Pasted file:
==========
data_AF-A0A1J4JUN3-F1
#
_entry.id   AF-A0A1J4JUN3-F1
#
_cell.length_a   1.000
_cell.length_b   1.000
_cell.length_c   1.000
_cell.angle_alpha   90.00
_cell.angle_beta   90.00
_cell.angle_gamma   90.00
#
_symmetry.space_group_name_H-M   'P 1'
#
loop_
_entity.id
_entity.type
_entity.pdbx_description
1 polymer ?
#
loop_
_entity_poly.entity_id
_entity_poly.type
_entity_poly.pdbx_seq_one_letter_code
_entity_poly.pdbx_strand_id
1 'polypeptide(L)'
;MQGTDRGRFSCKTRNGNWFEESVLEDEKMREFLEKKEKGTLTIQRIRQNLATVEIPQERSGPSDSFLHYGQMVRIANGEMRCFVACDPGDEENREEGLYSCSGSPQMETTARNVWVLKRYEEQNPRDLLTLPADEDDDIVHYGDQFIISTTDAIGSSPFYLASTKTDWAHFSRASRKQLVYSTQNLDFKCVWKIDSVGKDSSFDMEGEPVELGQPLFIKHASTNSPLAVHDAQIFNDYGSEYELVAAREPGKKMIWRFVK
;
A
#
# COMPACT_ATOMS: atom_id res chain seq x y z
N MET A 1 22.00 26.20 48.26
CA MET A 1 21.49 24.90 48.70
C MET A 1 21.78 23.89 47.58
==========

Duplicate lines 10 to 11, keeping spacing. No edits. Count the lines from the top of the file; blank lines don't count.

_cell.angle_gamma   90.00
#